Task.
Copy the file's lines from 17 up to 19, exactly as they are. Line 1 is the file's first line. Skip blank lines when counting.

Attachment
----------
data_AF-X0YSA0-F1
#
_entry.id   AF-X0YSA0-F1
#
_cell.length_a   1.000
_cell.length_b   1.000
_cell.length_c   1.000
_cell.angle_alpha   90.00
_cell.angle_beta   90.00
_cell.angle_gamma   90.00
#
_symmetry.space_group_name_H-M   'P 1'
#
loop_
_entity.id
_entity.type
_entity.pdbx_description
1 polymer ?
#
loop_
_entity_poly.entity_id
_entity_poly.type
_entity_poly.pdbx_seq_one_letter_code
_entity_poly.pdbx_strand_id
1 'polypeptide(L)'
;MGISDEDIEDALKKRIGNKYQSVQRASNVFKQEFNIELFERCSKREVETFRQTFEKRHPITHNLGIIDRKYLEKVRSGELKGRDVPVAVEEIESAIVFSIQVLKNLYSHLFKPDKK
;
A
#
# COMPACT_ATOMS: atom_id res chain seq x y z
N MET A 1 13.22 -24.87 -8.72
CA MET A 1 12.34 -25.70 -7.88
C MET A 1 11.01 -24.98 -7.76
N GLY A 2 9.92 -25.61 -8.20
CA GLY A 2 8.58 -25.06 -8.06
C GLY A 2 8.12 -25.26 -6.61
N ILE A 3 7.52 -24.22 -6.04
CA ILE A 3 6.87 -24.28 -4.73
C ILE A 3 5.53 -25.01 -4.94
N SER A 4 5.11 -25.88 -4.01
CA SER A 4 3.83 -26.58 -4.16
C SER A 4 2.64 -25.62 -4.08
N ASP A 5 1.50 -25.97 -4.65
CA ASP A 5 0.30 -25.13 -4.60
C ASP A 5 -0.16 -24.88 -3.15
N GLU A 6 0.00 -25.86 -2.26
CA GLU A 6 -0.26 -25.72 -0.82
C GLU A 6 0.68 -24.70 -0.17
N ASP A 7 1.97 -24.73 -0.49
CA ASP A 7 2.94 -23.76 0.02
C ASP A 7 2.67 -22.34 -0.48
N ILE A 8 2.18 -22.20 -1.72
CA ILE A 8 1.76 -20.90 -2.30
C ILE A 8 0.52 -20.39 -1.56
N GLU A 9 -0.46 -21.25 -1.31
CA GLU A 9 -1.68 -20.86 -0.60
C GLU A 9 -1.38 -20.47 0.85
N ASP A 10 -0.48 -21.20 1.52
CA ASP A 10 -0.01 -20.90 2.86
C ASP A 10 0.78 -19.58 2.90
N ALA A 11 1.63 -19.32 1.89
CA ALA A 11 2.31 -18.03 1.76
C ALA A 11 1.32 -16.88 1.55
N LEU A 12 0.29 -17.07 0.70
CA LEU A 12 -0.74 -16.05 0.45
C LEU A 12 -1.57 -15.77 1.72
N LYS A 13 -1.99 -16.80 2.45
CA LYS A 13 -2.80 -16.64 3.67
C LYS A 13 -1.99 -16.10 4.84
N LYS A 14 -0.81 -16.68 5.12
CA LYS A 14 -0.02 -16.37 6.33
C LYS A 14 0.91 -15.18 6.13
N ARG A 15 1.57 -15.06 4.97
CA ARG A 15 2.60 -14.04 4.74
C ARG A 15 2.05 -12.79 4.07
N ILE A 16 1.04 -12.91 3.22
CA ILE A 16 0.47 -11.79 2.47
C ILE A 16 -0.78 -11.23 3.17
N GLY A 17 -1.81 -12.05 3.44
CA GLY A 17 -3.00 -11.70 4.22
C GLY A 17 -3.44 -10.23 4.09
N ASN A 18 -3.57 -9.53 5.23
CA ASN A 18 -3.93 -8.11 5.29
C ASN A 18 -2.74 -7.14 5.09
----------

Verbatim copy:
_entity.pdbx_description
1 polymer ?
#